7 Incredible Things You Never Knew About the Flag of the USA
A Native American Commissioned the First Flag
In 1777, a Native American named Thomas Green wanted to visit Philadelphia. However, there was no flag he could take on his travels and he was worried that he wouldn't be safe. Green decided that a flag needed to be made and sent a petition to Congress and offered to pay with three wampum strings. Luckily, 10 days later, on the 14th of June, Congress responded with the Flag Resolution, which we all know as Flag Day today.
In 1959, as Hawaii and Alaska became part of the US, there was a need for a new design for the flag and even though a lot of people around the nation took up the challenge, the winner was a student from Ohio. Without ever having made or designed a flag in his life, Robert Heft submitted a design with 50 stars for a school project and got a B- from his teacher because the two states weren't in the Union at the time. Heft and his teacher agreed that if his design were to get selected by Congress, the teacher would change the grade to an A. When Congress did select his flag out of 1,500 submissions, Heft was given an A by his teacher.
As the US was growing and states were joining the Union, the flag changed a lot. It is generally uncommon for countries to change their flag as they expand so the US flag is quite special because it reflects the change. As the flag was changing and getting redesigned every time a new state was included, regular citizens were asked to submit designs and there were even 27 versions of the flag to this day.
Star Spangled Banner
The flag that inspired Francis Scott Key to write the national anthem of the US had 15 stars and stripes on it in 1812. Key was a lawyer who witnessed the Battle of Baltimore and was inspired to write the poem. However, a lot of people don't know that the flag Key was inspired by is actually in Washington, DC and it is held in the Smithsonian. The flag still exists, it is very old and some parts of it were removed and sold.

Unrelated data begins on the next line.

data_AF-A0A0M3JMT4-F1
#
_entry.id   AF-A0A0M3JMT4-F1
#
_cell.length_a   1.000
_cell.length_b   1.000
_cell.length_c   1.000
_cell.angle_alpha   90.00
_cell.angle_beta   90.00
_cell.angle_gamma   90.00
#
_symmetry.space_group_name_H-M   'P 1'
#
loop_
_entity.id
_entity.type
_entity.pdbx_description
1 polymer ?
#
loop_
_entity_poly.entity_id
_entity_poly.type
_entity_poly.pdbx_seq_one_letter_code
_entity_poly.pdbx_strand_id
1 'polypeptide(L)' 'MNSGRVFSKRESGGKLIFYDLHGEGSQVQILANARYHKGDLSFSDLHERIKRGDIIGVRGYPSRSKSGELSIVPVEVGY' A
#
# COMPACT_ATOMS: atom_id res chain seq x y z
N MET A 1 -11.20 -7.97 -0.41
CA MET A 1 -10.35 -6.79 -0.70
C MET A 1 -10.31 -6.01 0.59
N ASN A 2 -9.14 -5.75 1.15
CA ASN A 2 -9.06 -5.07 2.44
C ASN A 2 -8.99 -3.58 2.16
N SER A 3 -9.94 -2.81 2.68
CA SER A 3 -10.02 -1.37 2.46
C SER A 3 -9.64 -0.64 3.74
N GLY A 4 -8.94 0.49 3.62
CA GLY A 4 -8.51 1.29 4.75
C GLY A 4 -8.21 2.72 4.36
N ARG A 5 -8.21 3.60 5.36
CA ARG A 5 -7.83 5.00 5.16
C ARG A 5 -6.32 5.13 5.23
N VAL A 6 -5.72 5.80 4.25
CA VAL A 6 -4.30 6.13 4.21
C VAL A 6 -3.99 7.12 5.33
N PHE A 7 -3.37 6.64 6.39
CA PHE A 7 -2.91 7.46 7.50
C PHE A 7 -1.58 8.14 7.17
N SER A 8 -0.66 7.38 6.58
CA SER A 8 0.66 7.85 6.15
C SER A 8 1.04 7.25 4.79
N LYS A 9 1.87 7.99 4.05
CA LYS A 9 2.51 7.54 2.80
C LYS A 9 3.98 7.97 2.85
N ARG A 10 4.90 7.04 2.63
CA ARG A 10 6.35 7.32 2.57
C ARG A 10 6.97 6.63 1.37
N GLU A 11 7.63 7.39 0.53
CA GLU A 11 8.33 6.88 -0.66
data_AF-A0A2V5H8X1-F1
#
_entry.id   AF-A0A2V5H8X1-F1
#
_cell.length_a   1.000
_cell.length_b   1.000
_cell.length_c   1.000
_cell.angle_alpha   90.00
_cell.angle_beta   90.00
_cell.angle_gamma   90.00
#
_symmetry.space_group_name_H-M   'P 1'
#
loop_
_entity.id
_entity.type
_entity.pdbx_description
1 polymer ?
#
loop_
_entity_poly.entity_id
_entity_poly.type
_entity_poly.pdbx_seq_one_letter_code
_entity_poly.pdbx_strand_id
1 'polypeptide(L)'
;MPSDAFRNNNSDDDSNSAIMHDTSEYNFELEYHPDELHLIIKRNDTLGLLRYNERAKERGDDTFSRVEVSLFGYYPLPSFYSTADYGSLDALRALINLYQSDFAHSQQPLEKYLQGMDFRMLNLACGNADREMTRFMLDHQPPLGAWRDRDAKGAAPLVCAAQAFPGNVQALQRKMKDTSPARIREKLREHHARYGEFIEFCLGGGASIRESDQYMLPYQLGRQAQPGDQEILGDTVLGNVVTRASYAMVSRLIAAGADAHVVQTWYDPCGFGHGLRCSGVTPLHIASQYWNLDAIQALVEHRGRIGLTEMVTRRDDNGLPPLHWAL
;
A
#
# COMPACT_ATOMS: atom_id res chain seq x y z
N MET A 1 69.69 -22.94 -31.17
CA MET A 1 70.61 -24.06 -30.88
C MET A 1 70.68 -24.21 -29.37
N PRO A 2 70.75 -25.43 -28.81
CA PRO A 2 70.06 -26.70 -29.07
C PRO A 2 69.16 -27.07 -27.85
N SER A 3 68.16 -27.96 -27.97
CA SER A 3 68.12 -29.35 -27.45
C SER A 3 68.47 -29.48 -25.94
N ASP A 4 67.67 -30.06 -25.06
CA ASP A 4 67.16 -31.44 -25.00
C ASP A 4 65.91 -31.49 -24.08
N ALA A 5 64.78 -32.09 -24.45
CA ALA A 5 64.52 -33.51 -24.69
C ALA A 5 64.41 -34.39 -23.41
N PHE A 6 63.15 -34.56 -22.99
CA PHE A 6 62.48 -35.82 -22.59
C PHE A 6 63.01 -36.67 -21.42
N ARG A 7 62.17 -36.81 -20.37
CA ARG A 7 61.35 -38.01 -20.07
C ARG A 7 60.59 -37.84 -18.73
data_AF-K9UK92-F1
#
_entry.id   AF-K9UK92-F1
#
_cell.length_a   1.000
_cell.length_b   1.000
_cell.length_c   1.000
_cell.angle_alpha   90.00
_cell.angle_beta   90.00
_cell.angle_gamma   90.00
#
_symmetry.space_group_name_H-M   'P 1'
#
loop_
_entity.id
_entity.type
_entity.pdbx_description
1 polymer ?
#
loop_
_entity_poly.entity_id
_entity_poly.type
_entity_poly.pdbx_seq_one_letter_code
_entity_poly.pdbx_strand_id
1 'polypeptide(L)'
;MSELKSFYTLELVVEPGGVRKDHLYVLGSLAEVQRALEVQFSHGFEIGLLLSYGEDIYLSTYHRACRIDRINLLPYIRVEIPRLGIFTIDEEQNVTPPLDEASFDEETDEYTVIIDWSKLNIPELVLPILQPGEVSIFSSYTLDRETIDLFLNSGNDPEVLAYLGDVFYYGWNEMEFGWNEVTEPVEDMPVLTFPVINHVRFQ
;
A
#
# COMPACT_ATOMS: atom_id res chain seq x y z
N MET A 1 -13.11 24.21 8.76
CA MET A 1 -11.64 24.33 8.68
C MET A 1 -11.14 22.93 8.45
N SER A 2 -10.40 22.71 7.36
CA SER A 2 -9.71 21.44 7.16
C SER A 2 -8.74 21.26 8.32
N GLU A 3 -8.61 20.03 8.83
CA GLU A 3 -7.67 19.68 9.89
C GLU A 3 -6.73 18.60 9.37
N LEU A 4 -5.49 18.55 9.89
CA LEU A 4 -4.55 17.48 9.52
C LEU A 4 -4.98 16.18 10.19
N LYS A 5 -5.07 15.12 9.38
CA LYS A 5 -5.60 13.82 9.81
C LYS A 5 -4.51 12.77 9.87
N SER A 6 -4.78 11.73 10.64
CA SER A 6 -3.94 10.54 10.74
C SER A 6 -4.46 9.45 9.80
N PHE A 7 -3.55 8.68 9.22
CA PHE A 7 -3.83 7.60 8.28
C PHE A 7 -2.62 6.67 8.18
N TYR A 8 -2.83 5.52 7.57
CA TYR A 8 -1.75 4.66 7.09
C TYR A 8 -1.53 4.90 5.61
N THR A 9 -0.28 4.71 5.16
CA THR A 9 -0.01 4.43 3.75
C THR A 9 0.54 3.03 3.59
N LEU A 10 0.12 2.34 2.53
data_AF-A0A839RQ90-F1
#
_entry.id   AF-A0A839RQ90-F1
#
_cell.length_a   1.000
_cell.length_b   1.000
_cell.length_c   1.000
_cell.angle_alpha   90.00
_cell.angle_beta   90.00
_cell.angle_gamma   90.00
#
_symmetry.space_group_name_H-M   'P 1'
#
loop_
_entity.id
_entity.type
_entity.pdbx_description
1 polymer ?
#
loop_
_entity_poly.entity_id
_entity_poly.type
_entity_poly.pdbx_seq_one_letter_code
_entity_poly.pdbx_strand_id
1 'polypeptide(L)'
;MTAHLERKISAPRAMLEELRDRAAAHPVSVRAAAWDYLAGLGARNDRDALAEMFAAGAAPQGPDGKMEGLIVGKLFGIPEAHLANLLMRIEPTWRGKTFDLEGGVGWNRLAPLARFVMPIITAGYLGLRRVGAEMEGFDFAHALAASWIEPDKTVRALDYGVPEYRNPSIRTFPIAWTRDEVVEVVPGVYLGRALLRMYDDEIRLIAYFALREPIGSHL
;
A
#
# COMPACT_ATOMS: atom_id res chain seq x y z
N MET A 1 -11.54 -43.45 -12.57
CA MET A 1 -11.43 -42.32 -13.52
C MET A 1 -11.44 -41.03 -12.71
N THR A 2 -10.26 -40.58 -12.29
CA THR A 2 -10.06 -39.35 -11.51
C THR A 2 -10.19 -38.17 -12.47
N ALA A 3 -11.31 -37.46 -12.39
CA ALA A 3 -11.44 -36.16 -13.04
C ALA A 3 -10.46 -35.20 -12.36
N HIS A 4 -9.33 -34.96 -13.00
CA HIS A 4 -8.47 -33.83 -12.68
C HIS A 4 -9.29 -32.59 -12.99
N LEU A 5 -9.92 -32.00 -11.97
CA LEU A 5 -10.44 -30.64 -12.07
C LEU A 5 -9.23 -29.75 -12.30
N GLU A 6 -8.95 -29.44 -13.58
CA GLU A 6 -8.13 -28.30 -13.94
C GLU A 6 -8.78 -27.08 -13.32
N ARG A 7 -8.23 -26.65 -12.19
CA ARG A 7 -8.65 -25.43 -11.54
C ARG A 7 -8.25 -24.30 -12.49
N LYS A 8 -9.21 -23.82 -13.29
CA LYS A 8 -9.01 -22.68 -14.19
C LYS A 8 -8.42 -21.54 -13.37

Flags on the Moon
The astronauts that landed on the moon in the Apollo program were given six Lunar Flag Assembly kits which they planted on the surface of the moon in 1969. After many years, experts believe that 5 flags are still standing however, there are theories saying that all the flags might have faded to white because of the moon's atmosphere and UV radiation.
The Meaning Behind the Colors
The red, white and blue colors that are found on the flag didn't actually have a meaning in 1777. In 1782, when the Great Seal was designed, a meaning was assigned to the colors on the flag. The red is a symbol of valor, the white symbolizes purity and blue is a symbol of justice and vigilance.
The Flag Isn't Protected by Law
In many countries, some laws protect the flag in case someone destroys it or vandalizes it in any way. However, in the US, such laws don't exist because of a valid reason. The flag represents freedom, so it should serve as a symbol that can be shown proudly or destroyed. Even though a law was established to protect it from abuse in 1969, the Supreme Court decided in 1990 that it's a citizen's right to do whatever they please with the symbol, even if that means abusing it.